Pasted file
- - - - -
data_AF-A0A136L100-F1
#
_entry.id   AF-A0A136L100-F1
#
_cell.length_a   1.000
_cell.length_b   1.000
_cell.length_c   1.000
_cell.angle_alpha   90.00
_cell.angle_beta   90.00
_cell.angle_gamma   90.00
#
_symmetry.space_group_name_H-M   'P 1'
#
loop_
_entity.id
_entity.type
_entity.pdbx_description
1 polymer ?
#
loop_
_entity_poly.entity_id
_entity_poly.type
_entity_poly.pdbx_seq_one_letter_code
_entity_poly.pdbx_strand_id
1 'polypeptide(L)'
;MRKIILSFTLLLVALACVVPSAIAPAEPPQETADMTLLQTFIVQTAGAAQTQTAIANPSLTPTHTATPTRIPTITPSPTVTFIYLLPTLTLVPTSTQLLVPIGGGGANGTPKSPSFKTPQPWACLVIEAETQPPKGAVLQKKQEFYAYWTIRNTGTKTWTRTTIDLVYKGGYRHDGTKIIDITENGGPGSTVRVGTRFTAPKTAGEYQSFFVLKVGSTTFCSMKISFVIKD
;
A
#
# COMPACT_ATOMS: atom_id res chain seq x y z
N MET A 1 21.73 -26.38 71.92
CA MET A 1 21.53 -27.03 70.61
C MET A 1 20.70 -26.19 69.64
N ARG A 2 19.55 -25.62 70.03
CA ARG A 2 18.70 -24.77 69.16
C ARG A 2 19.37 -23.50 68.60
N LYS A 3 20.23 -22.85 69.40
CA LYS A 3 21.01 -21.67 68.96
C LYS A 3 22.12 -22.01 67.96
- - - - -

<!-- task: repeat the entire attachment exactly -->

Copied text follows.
data_AF-A0A136L100-F1
#
_entry.id   AF-A0A136L100-F1
#
_cell.length_a   1.000
_cell.length_b   1.000
_cell.length_c   1.000
_cell.angle_alpha   90.00
_cell.angle_beta   90.00
_cell.angle_gamma   90.00
#
_symmetry.space_group_name_H-M   'P 1'
#
loop_
_entity.id
_entity.type
_entity.pdbx_description
1 polymer ?
#
loop_
_entity_poly.entity_id
_entity_poly.type
_entity_poly.pdbx_seq_one_letter_code
_entity_poly.pdbx_strand_id
1 'polypeptide(L)'
;MRKIILSFTLLLVALACVVPSAIAPAEPPQETADMTLLQTFIVQTAGAAQTQTAIANPSLTPTHTATPTRIPTITPSPTVTFIYLLPTLTLVPTSTQLLVPIGGGGANGTPKSPSFKTPQPWACLVIEAETQPPKGAVLQKKQEFYAYWTIRNTGTKTWTRTTIDLVYKGGYRHDGTKIIDITENGGPGSTVRVGTRFTAPKTAGEYQSFFVLKVGSTTFCSMKISFVIKD
;
A
#
# COMPACT_ATOMS: atom_id res chain seq x y z
N MET A 1 21.73 -26.38 71.92
CA MET A 1 21.53 -27.03 70.61
C MET A 1 20.70 -26.19 69.64
N ARG A 2 19.55 -25.62 70.03
CA ARG A 2 18.70 -24.77 69.16
C ARG A 2 19.37 -23.50 68.60
N LYS A 3 20.23 -22.85 69.40
CA LYS A 3 21.01 -21.67 68.96
C LYS A 3 22.12 -22.01 67.96